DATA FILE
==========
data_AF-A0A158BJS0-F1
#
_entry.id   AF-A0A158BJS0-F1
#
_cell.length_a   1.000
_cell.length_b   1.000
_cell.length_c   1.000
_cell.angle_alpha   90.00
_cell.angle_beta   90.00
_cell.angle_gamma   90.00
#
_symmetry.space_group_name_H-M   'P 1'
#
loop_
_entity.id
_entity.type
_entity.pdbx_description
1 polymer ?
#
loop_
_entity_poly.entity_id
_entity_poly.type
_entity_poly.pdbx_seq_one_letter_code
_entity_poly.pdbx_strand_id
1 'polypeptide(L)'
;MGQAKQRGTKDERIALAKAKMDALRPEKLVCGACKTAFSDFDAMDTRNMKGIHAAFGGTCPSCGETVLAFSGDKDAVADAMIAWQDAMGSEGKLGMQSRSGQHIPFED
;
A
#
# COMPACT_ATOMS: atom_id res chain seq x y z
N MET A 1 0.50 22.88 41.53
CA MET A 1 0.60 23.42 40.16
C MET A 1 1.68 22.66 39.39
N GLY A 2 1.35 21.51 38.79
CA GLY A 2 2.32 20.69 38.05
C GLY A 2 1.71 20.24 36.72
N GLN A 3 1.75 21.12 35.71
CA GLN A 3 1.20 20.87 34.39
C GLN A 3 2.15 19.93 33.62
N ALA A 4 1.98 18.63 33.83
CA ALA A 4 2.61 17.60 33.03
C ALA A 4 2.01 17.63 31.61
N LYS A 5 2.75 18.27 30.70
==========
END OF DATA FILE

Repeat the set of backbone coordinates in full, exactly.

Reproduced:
data_AF-A0A158BJS0-F1
#
_entry.id   AF-A0A158BJS0-F1
#
_cell.length_a   1.000
_cell.length_b   1.000
_cell.length_c   1.000
_cell.angle_alpha   90.00
_cell.angle_beta   90.00
_cell.angle_gamma   90.00
#
_symmetry.space_group_name_H-M   'P 1'
#
loop_
_entity.id
_entity.type
_entity.pdbx_description
1 polymer ?
#
loop_
_entity_poly.entity_id
_entity_poly.type
_entity_poly.pdbx_seq_one_letter_code
_entity_poly.pdbx_strand_id
1 'polypeptide(L)'
;MGQAKQRGTKDERIALAKAKMDALRPEKLVCGACKTAFSDFDAMDTRNMKGIHAAFGGTCPSCGETVLAFSGDKDAVADAMIAWQDAMGSEGKLGMQSRSGQHIPFED
;
A
#
# COMPACT_ATOMS: atom_id res chain seq x y z
N MET A 1 0.50 22.88 41.53
CA MET A 1 0.60 23.42 40.16
C MET A 1 1.68 22.66 39.39
N GLY A 2 1.35 21.51 38.79
CA GLY A 2 2.32 20.69 38.05
C GLY A 2 1.71 20.24 36.72
N GLN A 3 1.75 21.12 35.71
CA GLN A 3 1.20 20.87 34.39
C GLN A 3 2.15 19.93 33.62
N ALA A 4 1.98 18.63 33.83
CA ALA A 4 2.61 17.60 33.03
C ALA A 4 2.01 17.63 31.61
N LYS A 5 2.75 18.27 30.70